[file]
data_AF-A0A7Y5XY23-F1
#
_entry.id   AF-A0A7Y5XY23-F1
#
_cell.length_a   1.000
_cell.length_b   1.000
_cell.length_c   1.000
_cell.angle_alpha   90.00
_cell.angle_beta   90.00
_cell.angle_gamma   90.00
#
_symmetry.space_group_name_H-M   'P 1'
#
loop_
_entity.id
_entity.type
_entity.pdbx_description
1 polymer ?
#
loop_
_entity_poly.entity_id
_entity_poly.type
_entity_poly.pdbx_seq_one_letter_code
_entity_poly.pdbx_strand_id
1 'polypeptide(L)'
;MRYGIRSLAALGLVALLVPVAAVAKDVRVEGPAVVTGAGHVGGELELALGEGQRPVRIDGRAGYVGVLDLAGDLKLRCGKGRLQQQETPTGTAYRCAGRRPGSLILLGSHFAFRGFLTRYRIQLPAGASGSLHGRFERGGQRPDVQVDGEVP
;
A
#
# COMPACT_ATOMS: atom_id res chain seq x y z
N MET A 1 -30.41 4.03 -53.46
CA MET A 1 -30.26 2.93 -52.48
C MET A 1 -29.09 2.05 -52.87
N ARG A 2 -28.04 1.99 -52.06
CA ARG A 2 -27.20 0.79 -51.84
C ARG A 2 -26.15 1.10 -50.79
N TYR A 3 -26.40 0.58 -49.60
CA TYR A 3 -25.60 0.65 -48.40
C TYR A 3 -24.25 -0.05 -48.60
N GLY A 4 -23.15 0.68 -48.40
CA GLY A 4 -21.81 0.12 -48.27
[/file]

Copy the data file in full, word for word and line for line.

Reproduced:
data_AF-A0A7Y5XY23-F1
#
_entry.id   AF-A0A7Y5XY23-F1
#
_cell.length_a   1.000
_cell.length_b   1.000
_cell.length_c   1.000
_cell.angle_alpha   90.00
_cell.angle_beta   90.00
_cell.angle_gamma   90.00
#
_symmetry.space_group_name_H-M   'P 1'
#
loop_
_entity.id
_entity.type
_entity.pdbx_description
1 polymer ?
#
loop_
_entity_poly.entity_id
_entity_poly.type
_entity_poly.pdbx_seq_one_letter_code
_entity_poly.pdbx_strand_id
1 'polypeptide(L)'
;MRYGIRSLAALGLVALLVPVAAVAKDVRVEGPAVVTGAGHVGGELELALGEGQRPVRIDGRAGYVGVLDLAGDLKLRCGKGRLQQQETPTGTAYRCAGRRPGSLILLGSHFAFRGFLTRYRIQLPAGASGSLHGRFERGGQRPDVQVDGEVP
;
A
#
# COMPACT_ATOMS: atom_id res chain seq x y z
N MET A 1 -30.41 4.03 -53.46
CA MET A 1 -30.26 2.93 -52.48
C MET A 1 -29.09 2.05 -52.87
N ARG A 2 -28.04 1.99 -52.06
CA ARG A 2 -27.20 0.79 -51.84
C ARG A 2 -26.15 1.10 -50.79
N TYR A 3 -26.40 0.58 -49.60
CA TYR A 3 -25.60 0.65 -48.40
C TYR A 3 -24.25 -0.05 -48.60
N GLY A 4 -23.15 0.68 -48.40
CA GLY A 4 -21.81 0.12 -48.27